Just out of curiosity, I typed “pantser” into my browser to see how many entries I could find on the subject.
There were more than 413,000 posts either defining ‘pantser’ or discussing the relative merits of being a plotter or a pantser. Wow. That’s a lot of writers interested in the subject.
For the benefit of those who have never heard the term, I should really clarify.
- Plotters are writers who plan their novels in advance, usually in some detail.
- Pantsers are writers who prefer to wing it, or to fly by the sea of their pants – hence: “pantser”.
That’s the short version. Of course, it’s never that simple, is it? Many of us fit somewhere in between. I don’t know what you’d call that kind of in-between person, but ‘Plotser’ seems fine to me, so I’ll go with that.
I started writing stories when I was around nine years old. I was an insatiable reader, and this quickly morphed into being an obsessed writer. I wanted to write books just like those produced by my favorite authors. Since I didn’t know anything about plotting, I simply started writing. Looking back, I can see that one thing has lasted through all those years – I always start with a character. I see that character in my mind, and usually they’re in some kind of trouble. (Confession time: that’s one of the things I love most about being an author. You can create all sorts of mayhem for your characters, then make them really dig deep to get themselves out of trouble!)
This approach always brought problems with it. While I was free to follow whatever flights of fancy I wished, I sometimes found myself wandering down a side path that went nowhere. I’d look around, wondering how I got there. Quite often, I’d have to trash the last few chapters, go back to where I branched off and start again.
Sometimes the book just fizzled out. Now – an older and wiser writer – I can see several reasons for this.
- The story was just a ‘slice of life’. The character had no real goal, or need, or problem.
- The story was about something that was too easily solved. If you fix things after three chapters, the story is over. (These stories often work well as short fiction.)
- The characters were boring. If I can’t get interested in a character, I can’t get interested in what happens to him/her.
- The whole story bored me. This is a real trap for a ‘pantser’. You have this brilliant story idea that lights up your brain and sends you racing to the computer – and the book just refuses to come to life on the page. A flat story can’t energize an author.
As I wrote more stories, I tried different strategies. There was the point-by-point, exhaustively planned, linear outline. This definitely wasn’t for me. Somehow, this approach took all the magic out of writing. It became more like a homework assignment than anything else.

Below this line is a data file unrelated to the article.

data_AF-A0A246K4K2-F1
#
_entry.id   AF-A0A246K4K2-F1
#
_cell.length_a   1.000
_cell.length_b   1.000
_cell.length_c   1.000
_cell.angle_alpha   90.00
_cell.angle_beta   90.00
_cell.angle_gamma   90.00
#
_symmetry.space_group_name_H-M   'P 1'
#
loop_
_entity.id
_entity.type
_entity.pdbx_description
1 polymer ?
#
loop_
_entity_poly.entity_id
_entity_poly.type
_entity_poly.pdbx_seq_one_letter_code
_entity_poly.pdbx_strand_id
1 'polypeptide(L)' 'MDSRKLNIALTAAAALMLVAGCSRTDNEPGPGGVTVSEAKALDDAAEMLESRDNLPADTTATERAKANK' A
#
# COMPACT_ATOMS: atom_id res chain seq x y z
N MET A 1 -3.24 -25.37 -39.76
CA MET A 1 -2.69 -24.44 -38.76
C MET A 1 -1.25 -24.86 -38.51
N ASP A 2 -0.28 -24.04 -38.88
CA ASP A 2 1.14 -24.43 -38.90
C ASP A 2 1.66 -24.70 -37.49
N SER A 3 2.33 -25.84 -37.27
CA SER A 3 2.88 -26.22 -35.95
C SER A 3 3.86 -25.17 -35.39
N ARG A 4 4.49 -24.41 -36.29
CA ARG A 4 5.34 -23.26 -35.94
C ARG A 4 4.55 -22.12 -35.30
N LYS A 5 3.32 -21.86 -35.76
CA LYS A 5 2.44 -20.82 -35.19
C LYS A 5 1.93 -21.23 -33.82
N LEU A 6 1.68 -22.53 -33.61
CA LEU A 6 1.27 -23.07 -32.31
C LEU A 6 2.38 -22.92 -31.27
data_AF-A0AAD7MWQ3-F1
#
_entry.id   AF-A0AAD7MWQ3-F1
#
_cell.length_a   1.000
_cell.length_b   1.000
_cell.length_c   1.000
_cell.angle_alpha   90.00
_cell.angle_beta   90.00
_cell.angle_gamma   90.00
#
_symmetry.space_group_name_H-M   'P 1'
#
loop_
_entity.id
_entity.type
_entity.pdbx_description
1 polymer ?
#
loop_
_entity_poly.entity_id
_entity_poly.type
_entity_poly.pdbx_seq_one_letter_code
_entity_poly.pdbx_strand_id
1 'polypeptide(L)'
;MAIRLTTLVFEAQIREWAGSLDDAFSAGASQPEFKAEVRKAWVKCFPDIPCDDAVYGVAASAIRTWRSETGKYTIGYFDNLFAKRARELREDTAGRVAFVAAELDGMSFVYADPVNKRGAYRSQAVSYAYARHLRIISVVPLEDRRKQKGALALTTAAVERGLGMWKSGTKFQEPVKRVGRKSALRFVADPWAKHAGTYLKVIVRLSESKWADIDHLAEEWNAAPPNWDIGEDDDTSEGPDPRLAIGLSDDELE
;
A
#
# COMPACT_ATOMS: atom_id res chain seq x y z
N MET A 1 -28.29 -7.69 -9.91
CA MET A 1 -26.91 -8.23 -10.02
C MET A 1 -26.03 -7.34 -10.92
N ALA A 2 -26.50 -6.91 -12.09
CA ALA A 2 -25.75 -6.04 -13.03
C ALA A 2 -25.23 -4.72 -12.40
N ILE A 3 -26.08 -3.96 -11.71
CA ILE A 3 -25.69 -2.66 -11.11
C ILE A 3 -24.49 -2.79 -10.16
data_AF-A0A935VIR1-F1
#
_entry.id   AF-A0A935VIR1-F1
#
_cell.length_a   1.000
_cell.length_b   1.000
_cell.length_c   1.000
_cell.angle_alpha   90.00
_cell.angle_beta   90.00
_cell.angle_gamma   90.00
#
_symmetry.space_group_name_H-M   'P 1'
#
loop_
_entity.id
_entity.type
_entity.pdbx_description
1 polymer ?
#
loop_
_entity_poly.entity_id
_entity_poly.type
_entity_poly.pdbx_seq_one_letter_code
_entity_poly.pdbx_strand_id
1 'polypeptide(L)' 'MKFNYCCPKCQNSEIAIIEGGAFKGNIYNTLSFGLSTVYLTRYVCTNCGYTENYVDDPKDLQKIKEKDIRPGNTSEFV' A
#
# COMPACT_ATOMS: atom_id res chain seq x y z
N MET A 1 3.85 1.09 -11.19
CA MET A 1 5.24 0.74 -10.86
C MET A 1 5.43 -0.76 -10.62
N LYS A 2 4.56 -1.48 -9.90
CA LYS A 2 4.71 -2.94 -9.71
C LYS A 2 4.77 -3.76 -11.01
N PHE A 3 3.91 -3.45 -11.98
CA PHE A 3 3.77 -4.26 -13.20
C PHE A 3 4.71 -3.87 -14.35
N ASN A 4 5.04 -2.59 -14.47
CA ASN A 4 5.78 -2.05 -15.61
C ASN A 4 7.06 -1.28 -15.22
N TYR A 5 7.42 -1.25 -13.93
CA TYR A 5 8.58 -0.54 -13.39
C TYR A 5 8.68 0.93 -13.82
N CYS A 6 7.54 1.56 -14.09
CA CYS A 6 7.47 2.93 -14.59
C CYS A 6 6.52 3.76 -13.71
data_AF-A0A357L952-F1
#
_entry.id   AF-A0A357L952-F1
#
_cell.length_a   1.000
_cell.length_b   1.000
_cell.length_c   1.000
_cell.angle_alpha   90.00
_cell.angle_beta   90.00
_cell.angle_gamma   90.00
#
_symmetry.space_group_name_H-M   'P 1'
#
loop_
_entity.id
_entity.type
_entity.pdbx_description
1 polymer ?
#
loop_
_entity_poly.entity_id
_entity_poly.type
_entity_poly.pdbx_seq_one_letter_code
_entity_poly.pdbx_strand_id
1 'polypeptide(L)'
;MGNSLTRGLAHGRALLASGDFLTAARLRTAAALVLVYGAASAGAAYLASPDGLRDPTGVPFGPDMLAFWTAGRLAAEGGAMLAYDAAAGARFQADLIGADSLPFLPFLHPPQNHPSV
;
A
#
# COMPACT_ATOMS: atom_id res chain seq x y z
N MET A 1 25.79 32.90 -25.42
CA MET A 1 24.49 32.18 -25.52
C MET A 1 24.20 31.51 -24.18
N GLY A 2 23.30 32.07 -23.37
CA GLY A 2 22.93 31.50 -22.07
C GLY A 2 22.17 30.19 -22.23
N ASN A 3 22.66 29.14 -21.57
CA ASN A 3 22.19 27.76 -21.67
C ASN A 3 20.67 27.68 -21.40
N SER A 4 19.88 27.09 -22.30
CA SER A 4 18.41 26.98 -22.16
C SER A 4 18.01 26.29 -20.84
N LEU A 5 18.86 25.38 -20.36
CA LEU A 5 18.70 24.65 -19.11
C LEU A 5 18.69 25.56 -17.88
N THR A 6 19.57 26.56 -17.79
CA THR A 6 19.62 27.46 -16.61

I tried the mind-map approach. Lots of little circles with lines going out to other circles. Plots. Characters. Lines connecting characters to characters and scenes to scenes. Scribbled words everywhere. This had some appeal, but mainly as a brainstorming tool. I usually scribbled on scraps of paper which I promptly lost, or I’d look back at it halfway through the book and realize that I didn’t want to include half the stuff anyway.
I tried the sticky-notes approach. For this I used a manila folder and sticky notes of varied colors. I used one color for characters; another for the plot; another for sub-plots; another for research and setting. I filled a second folder with sticky notes for scenes, and moved them around to see where they worked best. I could also quickly delete or add scenes. This had some merit; I could plan the novel enough to see where I was going, yet leave it open to change.
On another occasion I tried index cards, kept in a nice neat file box with dividers. I had a section for characters – one card for each – a section for plot ideas, and a section for scenes. I’d write the rough outline of what I wanted to happen in each scene; one scene per card.
This, too, seemed like too much work. Eventually, I got to where I am now.
I use a system close to the one I outlined in The Busy Writer’s One-Hour Plot.
- I know who my lead character is.
- I know who the other main characters are.
- I work out the opening problem for the main character, and how he or she is going to solve it.
- I jot down ideas for further hurdles for the main character, and who or what will get in her way.
- I do any necessary background research to get started (keeping this to a minimum) and then I’m off and running.
I have found that I work best with minimal information about the main characters at the beginning. I don’t create detailed character profiles. (I’ve tried that too, and it doesn’t work for me.) If I leave plenty of blank spots in a character’s past, it pays off later. (This happened in a big way with my paranormal romance series, “Hunting Eve”. Most authors who write a series find the same thing: you’ll be exploring your characters in more depth from book to book – so leave them room to grow! Secrets in the past are great.)
It may take you a while to find out what works best for you. The one thing you shouldn’t do is force yourself into a way of working that isn’t YOU. Writing should be fun. It should be something you look forward to doing. And yeah, I know that all writers have their bad days when it’s not fun AT ALL. Still. You want it to be mostly fun – and to do that, you have to write in a way that suits you.
Or something different and totally unique?
It’s up to you. You’re the captain of the ship. Make sure you enjoy the voyage.